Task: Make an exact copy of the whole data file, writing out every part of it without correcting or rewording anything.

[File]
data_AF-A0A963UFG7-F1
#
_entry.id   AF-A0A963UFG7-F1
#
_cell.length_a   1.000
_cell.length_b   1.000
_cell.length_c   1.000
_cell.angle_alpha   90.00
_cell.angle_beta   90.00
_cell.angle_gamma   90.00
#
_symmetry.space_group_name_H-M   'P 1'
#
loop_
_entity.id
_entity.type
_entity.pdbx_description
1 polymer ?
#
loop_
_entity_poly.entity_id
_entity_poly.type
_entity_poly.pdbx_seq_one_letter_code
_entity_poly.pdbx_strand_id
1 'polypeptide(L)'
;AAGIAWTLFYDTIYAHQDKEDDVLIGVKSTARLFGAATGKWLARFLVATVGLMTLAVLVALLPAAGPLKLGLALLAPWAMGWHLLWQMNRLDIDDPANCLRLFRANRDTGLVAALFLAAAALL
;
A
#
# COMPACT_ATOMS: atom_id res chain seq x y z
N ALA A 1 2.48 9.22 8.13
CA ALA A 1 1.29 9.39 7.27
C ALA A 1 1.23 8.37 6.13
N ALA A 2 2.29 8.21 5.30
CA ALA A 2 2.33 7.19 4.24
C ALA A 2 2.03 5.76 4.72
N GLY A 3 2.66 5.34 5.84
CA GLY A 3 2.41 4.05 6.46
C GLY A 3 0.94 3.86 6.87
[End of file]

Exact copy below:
data_AF-A0A963UFG7-F1
#
_entry.id   AF-A0A963UFG7-F1
#
_cell.length_a   1.000
_cell.length_b   1.000
_cell.length_c   1.000
_cell.angle_alpha   90.00
_cell.angle_beta   90.00
_cell.angle_gamma   90.00
#
_symmetry.space_group_name_H-M   'P 1'
#
loop_
_entity.id
_entity.type
_entity.pdbx_description
1 polymer ?
#
loop_
_entity_poly.entity_id
_entity_poly.type
_entity_poly.pdbx_seq_one_letter_code
_entity_poly.pdbx_strand_id
1 'polypeptide(L)'
;AAGIAWTLFYDTIYAHQDKEDDVLIGVKSTARLFGAATGKWLARFLVATVGLMTLAVLVALLPAAGPLKLGLALLAPWAMGWHLLWQMNRLDIDDPANCLRLFRANRDTGLVAALFLAAAALL
;
A
#
# COMPACT_ATOMS: atom_id res chain seq x y z
N ALA A 1 2.48 9.22 8.13
CA ALA A 1 1.29 9.39 7.27
C ALA A 1 1.23 8.37 6.13
N ALA A 2 2.29 8.21 5.30
CA ALA A 2 2.33 7.19 4.24
C ALA A 2 2.03 5.76 4.72
N GLY A 3 2.66 5.34 5.84
CA GLY A 3 2.41 4.05 6.46
C GLY A 3 0.94 3.86 6.87